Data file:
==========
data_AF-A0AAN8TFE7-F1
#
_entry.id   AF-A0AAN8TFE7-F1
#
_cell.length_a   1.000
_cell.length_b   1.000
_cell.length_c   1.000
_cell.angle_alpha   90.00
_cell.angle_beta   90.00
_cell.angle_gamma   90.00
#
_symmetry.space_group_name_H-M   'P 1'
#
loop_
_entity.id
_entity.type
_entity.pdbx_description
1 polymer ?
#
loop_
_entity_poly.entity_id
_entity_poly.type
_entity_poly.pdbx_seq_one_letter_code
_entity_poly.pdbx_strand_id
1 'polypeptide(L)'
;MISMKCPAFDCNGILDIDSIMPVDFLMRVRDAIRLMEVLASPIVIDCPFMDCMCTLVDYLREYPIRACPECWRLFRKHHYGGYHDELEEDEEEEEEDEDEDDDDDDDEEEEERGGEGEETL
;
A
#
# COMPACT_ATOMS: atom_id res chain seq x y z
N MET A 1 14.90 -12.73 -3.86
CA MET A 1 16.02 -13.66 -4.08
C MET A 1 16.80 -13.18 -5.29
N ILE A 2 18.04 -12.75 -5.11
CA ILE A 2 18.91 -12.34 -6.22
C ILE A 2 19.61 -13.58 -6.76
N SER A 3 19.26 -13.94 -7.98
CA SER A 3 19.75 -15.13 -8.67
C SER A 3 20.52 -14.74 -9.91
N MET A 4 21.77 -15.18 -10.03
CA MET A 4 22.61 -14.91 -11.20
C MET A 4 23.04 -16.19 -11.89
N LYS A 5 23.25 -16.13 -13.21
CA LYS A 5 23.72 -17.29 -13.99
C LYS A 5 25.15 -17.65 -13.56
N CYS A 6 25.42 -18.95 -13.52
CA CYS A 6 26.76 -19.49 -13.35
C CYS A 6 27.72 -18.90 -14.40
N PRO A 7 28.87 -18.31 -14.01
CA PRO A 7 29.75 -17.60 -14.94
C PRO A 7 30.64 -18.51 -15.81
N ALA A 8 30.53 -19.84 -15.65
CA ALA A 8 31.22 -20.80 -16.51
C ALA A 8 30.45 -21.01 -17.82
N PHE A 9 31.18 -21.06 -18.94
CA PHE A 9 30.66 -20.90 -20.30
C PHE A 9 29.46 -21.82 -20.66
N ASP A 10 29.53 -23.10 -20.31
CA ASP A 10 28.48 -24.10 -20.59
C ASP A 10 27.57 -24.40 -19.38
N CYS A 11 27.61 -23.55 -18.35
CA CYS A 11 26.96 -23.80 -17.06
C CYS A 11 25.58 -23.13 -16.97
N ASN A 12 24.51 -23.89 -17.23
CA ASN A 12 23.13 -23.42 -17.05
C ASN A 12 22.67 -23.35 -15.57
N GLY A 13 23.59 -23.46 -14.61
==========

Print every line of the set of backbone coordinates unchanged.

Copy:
data_AF-A0AAN8TFE7-F1
#
_entry.id   AF-A0AAN8TFE7-F1
#
_cell.length_a   1.000
_cell.length_b   1.000
_cell.length_c   1.000
_cell.angle_alpha   90.00
_cell.angle_beta   90.00
_cell.angle_gamma   90.00
#
_symmetry.space_group_name_H-M   'P 1'
#
loop_
_entity.id
_entity.type
_entity.pdbx_description
1 polymer ?
#
loop_
_entity_poly.entity_id
_entity_poly.type
_entity_poly.pdbx_seq_one_letter_code
_entity_poly.pdbx_strand_id
1 'polypeptide(L)'
;MISMKCPAFDCNGILDIDSIMPVDFLMRVRDAIRLMEVLASPIVIDCPFMDCMCTLVDYLREYPIRACPECWRLFRKHHYGGYHDELEEDEEEEEEDEDEDDDDDDDEEEEERGGEGEETL
;
A
#
# COMPACT_ATOMS: atom_id res chain seq x y z
N MET A 1 14.90 -12.73 -3.86
CA MET A 1 16.02 -13.66 -4.08
C MET A 1 16.80 -13.18 -5.29
N ILE A 2 18.04 -12.75 -5.11
CA ILE A 2 18.91 -12.34 -6.22
C ILE A 2 19.61 -13.58 -6.76
N SER A 3 19.26 -13.94 -7.98
CA SER A 3 19.75 -15.13 -8.67
C SER A 3 20.52 -14.74 -9.91
N MET A 4 21.77 -15.18 -10.03
CA MET A 4 22.61 -14.91 -11.20
C MET A 4 23.04 -16.19 -11.89
N LYS A 5 23.25 -16.13 -13.21
CA LYS A 5 23.72 -17.29 -13.99
C LYS A 5 25.15 -17.65 -13.56
N CYS A 6 25.42 -18.95 -13.52
CA CYS A 6 26.76 -19.49 -13.35
C CYS A 6 27.72 -18.90 -14.40
N PRO A 7 28.87 -18.31 -14.01
CA PRO A 7 29.75 -17.60 -14.94
C PRO A 7 30.64 -18.51 -15.81
N ALA A 8 30.53 -19.84 -15.65
CA ALA A 8 31.22 -20.80 -16.51
C ALA A 8 30.45 -21.01 -17.82
N PHE A 9 31.18 -21.06 -18.94
CA PHE A 9 30.66 -20.90 -20.30
C PHE A 9 29.46 -21.82 -20.66
N ASP A 10 29.53 -23.10 -20.31
CA ASP A 10 28.48 -24.10 -20.59
C ASP A 10 27.57 -24.40 -19.38
N CYS A 11 27.61 -23.55 -18.35
CA CYS A 11 26.96 -23.80 -17.06
C CYS A 11 25.58 -23.13 -16.97
N ASN A 12 24.51 -23.89 -17.23
CA ASN A 12 23.13 -23.42 -17.05
C ASN A 12 22.67 -23.35 -15.57
N GLY A 13 23.59 -23.46 -14.61